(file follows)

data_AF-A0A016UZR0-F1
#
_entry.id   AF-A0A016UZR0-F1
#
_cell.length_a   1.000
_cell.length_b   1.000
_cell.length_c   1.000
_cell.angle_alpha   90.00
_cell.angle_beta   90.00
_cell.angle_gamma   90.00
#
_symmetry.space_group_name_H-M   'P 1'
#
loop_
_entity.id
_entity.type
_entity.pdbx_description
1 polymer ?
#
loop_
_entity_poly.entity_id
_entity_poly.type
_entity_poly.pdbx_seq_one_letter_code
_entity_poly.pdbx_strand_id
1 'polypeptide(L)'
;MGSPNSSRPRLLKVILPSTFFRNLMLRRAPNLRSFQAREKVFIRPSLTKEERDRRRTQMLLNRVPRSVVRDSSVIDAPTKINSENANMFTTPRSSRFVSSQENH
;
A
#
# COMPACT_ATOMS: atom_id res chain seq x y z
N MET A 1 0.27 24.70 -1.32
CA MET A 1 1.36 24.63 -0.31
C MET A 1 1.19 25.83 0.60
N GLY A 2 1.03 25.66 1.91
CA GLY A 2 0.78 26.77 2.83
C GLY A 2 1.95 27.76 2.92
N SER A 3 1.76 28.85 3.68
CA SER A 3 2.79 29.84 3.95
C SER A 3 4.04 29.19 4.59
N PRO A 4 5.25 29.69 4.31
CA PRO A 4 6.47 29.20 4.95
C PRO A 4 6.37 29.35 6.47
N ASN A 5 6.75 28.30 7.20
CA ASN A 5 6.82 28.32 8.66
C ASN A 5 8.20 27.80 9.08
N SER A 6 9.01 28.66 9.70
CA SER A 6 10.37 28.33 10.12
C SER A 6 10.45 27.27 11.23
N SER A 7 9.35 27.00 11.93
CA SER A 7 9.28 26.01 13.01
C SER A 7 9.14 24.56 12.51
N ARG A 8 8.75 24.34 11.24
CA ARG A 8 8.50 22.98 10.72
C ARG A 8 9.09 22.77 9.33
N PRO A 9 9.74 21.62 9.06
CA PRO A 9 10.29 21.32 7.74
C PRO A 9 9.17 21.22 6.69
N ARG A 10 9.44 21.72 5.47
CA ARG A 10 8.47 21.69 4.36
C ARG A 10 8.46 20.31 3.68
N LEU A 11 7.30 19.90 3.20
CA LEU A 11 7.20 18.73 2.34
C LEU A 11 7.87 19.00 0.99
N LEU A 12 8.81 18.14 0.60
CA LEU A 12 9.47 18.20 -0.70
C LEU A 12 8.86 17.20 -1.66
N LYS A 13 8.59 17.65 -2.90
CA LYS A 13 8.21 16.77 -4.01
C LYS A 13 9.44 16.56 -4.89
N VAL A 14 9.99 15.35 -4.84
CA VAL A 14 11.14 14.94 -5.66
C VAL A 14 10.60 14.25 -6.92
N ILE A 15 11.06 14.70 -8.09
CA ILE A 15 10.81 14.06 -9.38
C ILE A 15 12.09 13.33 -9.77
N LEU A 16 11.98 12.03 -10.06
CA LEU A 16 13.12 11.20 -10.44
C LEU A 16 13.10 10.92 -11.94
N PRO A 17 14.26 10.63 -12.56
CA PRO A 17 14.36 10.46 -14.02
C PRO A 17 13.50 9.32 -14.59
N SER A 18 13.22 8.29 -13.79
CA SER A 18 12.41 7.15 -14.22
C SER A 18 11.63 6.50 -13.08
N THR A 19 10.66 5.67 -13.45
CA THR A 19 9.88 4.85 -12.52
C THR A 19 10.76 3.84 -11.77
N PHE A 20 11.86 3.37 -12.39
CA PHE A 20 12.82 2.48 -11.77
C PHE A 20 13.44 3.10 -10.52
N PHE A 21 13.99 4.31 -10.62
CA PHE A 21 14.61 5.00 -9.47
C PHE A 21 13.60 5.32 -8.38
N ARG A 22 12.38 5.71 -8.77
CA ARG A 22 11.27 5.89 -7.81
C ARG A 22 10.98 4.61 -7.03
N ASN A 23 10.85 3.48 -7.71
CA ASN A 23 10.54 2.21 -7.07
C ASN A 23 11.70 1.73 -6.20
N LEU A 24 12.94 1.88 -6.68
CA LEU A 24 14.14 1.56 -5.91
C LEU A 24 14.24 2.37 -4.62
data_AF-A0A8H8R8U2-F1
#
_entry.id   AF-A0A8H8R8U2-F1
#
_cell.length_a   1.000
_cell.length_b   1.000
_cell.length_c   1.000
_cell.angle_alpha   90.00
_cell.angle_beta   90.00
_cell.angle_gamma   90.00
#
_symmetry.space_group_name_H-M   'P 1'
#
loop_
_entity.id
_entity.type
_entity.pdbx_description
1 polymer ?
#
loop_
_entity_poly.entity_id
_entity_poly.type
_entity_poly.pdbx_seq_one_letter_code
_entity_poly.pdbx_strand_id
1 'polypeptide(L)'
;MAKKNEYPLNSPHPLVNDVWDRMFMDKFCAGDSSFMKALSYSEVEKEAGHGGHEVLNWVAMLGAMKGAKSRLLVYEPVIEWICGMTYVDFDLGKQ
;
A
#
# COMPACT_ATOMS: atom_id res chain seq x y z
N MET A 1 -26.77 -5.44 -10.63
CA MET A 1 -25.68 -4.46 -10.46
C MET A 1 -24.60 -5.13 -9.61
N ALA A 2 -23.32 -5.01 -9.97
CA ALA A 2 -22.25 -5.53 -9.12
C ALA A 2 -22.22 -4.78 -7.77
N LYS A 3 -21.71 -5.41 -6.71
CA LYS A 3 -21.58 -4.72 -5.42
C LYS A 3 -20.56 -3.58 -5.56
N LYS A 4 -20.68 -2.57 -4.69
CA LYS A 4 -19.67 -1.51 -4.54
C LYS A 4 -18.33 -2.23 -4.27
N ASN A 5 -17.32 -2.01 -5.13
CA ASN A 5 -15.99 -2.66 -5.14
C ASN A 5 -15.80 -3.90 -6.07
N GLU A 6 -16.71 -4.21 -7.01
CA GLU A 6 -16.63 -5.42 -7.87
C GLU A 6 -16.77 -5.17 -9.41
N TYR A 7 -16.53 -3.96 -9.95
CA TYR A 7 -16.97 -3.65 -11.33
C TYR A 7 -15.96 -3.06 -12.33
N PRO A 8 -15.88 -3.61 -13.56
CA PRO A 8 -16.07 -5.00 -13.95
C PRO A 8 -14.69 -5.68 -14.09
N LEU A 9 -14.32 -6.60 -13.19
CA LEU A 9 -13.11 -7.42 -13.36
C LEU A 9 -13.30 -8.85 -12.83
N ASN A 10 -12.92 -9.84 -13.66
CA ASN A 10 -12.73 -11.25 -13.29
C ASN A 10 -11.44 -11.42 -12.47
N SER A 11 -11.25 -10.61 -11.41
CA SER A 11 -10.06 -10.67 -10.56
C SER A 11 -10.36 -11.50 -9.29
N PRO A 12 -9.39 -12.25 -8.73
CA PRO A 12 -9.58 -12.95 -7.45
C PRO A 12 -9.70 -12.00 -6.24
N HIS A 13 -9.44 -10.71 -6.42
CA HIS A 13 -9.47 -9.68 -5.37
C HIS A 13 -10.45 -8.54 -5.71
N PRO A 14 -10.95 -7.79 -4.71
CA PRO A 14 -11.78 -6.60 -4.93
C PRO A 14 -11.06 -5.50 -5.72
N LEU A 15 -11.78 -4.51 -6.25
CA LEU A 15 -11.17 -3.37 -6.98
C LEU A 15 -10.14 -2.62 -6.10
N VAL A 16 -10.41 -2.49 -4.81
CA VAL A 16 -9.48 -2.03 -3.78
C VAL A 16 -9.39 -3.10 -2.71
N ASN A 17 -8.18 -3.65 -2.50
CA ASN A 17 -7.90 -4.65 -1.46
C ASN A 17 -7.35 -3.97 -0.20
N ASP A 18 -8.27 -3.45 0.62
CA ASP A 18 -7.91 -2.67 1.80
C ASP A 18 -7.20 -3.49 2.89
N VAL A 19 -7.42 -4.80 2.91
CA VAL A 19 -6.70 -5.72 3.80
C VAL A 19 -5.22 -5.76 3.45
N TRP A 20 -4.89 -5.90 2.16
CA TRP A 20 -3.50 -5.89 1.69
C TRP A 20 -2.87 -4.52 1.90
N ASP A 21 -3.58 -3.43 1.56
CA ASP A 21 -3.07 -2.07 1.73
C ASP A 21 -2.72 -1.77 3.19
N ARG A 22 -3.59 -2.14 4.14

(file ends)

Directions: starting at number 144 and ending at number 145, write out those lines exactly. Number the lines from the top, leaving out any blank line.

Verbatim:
C LYS A 4 -18.33 -2.23 -4.27
N ASN A 5 -17.32 -2.01 -5.13